Friday, January 4, 2013

She's a Wonder

Yesterday's blog described my reticence at a Justice League movie - at least one slotted for 2015 that would attempt to incorporate the current incarnations of Batman and Green Lantern and would include Wonder Woman and Flash without a thorough cinematic introduction to the characters.
However, I realize that Wonder Woman has proven problematic to bring to the screen. Joss Whedon was supposedly working on a version for a while before abandoning it over - I assume - differences with the studio.
A pilot proposal was shopped around and rejected several times until NBC decided to finance one featuring Adrianne Palicki. Then they passed on it.
Warner Bros. produced an animated film featuring the voices of Keri Russell and Nathan Fillion that I very much liked, but I don't know they should expect that potential audiences for their live-action Justice League film will have seen it. Nor should they assume that the Justice League animated series was seen by all.
I think that a live-action Wonder Woman movie needs to be made before she is introduced in a team film. Do I have some thoughts on how this could happen? Yes. Yes, I do.

For me, Wonder Woman has to be tall. Really tall. She's an Amazon. Five-foot-eight just isn't going to cut it. Unfortunately, this eliminates my first choice to play the Amazon princess: 5'8" Gina Carano, mixed martial artist and star of 2011's Haywire. Now, I know, I know. There's so much that can be done with cinematography to make actors look taller. For years, Hollywood had us believing that Sylvester Stallone and Arnold Schwarzenegger were over six feet tall, and that Tom Cruise and Michael J. Fox were at least the same height as their leggy leading ladies. And, of course, we all saw 5'6" Meryl Streep play 6'2" Julia Child in Julie & Julia. (We did all see that, didn't we? Dude, go see it. It's good. Made me hungry.) Still, I'm reluctant to cast a shorter actress in the role. Besides, we need to throw a bone to the taller ladies out there who can't get cast opposite Tom Cruise, Mark Wahlberg, Jason Statham, and Robert Downey, Jr.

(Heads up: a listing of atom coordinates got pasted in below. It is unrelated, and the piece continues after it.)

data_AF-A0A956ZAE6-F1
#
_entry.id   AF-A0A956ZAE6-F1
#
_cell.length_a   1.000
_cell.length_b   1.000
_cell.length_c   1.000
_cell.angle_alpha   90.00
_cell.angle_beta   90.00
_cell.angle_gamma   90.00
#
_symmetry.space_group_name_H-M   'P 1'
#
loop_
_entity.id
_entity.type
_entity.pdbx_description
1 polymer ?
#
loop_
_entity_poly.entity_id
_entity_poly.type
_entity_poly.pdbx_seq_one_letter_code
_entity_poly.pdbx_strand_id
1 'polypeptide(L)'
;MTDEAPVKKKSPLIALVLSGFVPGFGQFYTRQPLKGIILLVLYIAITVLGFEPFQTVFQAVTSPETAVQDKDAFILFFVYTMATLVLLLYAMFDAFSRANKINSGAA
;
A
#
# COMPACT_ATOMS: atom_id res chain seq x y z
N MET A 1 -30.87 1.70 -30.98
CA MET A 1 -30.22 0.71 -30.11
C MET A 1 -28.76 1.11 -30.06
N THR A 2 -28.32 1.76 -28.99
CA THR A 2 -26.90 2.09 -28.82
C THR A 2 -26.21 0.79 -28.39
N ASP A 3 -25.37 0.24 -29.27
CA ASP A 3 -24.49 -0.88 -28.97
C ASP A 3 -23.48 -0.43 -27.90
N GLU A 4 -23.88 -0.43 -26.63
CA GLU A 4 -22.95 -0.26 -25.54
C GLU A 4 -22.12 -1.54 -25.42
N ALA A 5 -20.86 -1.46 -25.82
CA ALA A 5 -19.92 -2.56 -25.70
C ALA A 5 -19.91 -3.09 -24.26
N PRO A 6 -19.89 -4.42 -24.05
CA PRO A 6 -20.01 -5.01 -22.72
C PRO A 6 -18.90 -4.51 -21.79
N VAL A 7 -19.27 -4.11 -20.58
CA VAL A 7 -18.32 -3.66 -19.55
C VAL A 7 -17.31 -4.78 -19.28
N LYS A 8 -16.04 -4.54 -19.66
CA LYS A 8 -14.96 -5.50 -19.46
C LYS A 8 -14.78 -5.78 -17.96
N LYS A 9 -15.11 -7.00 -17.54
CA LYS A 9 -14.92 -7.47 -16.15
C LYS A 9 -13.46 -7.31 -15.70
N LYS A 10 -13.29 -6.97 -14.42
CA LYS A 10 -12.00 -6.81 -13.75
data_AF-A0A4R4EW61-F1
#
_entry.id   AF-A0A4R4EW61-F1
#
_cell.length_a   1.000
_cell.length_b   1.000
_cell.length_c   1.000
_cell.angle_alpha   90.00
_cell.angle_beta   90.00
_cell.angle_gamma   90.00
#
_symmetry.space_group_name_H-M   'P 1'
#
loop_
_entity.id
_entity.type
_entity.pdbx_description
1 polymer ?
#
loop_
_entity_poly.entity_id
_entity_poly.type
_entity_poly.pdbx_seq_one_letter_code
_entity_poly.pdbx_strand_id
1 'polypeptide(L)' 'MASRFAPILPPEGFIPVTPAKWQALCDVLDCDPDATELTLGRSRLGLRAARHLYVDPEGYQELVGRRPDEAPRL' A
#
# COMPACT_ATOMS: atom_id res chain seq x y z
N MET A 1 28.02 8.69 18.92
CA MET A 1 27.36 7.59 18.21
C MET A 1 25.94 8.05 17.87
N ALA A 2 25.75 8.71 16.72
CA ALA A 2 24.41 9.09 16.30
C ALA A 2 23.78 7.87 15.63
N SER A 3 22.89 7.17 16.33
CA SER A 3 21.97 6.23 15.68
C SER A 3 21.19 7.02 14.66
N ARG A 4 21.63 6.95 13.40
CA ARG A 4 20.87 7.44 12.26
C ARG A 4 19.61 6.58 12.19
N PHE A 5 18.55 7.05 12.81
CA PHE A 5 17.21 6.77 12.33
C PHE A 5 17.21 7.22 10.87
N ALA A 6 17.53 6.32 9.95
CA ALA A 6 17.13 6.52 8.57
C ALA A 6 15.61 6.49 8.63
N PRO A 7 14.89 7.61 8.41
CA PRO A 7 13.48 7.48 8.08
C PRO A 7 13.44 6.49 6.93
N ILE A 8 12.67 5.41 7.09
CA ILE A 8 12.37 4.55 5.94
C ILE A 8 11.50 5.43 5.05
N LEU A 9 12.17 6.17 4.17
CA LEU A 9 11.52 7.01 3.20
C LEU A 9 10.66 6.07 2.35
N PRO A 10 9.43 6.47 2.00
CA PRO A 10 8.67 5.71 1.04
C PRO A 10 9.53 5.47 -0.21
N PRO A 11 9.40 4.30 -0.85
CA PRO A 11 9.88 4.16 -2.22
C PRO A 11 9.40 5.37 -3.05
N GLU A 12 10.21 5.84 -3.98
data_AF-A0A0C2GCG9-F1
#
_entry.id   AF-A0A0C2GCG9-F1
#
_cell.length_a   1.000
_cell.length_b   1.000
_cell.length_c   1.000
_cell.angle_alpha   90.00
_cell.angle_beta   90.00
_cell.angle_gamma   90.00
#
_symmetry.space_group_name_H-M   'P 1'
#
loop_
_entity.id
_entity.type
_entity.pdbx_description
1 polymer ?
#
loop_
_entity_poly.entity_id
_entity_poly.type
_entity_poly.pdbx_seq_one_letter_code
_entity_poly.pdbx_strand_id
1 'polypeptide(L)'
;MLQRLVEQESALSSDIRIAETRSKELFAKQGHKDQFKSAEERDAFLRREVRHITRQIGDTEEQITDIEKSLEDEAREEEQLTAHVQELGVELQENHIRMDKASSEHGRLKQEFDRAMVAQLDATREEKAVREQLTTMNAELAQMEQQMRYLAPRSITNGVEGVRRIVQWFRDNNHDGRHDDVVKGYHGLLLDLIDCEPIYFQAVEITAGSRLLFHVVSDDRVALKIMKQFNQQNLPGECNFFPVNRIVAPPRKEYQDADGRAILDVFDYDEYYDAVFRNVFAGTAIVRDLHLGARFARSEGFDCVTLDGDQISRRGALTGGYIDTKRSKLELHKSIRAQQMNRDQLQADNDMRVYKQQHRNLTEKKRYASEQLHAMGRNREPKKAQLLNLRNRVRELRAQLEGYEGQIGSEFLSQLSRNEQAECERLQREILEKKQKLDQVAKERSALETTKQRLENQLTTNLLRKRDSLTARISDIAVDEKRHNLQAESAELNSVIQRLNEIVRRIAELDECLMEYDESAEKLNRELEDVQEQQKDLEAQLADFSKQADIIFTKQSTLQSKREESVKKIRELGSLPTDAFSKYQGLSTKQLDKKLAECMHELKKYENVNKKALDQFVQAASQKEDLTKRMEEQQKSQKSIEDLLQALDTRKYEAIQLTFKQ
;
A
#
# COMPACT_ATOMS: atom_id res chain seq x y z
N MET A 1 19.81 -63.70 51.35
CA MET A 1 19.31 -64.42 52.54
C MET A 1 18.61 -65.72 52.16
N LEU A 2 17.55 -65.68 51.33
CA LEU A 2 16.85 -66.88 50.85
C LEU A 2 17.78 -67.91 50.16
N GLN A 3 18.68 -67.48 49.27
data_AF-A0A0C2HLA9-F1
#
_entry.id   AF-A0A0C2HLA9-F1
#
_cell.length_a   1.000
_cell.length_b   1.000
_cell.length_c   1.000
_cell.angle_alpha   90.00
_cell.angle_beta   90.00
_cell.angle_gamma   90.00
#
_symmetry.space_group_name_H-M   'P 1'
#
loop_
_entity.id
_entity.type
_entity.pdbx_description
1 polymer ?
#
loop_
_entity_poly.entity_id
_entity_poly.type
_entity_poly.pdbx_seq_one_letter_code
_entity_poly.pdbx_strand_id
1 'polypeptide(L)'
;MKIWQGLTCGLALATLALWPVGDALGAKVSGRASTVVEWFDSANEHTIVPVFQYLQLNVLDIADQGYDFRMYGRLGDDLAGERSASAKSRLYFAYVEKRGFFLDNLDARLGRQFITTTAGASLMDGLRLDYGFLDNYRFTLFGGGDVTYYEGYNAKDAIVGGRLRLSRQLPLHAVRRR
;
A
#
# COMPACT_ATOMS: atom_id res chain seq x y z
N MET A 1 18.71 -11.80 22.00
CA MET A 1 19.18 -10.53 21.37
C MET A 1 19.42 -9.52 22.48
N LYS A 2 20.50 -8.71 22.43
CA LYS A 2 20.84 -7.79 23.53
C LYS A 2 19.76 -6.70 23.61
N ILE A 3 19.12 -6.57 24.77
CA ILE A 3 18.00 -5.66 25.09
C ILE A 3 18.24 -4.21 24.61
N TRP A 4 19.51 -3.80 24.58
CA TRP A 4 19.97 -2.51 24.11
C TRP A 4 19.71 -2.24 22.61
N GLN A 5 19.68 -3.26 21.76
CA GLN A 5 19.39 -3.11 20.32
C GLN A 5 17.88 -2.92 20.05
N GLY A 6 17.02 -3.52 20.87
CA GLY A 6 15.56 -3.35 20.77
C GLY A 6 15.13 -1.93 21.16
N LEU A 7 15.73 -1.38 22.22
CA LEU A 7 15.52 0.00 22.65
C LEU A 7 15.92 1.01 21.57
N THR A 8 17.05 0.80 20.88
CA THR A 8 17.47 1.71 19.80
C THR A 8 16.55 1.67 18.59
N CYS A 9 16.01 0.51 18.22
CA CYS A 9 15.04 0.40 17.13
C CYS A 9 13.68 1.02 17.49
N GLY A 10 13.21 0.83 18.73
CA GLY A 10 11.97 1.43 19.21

Among those taller ladies, here are 4 suggestions:
Adrianne Palicki.
She was cast in the role once already, and I expect that the failure of the pilot rested more on the story and tone of the show rather than upon Palicki's statuesque shoulders. I haven't seen it, though. (But I'd like to. Hook me up, internet.)

Blake Lively.
She may have to be precluded for continuity reasons due to her involvement with the Green Lantern movie, unless they decide to do a re-boot. Like Ryan Reynolds, I don't think she is to blame for how bad that movie was.

Rachel Nichols.
Remember her as Scarlett in the 1st G.I. Joe movie? Of course you do.

Phoebe Tonkin
Who? She is an Australian actress, and - while I haven't seen much of what she's done so far - I've liked what I've seen. She is close to being an unknown, which, really, may be the best way to go with the role. Cast an unknown in the titular role (it means "title," you animals), and fill out the supporting cast with the big names.

Now, I won't say that I don't care who plays Steve Trevor. Of course I care, I just don't think that it will be as hard to find a good-looking, charming actor to play the slightly cocky, unintentionally chauvinistic Steve Trevor. (see how I threw in character notes there?) I do think he should be shorter than Wonder Woman, but not comically so. You know what? Speaking of Julie & Julia, I really like Chris Messina for the part.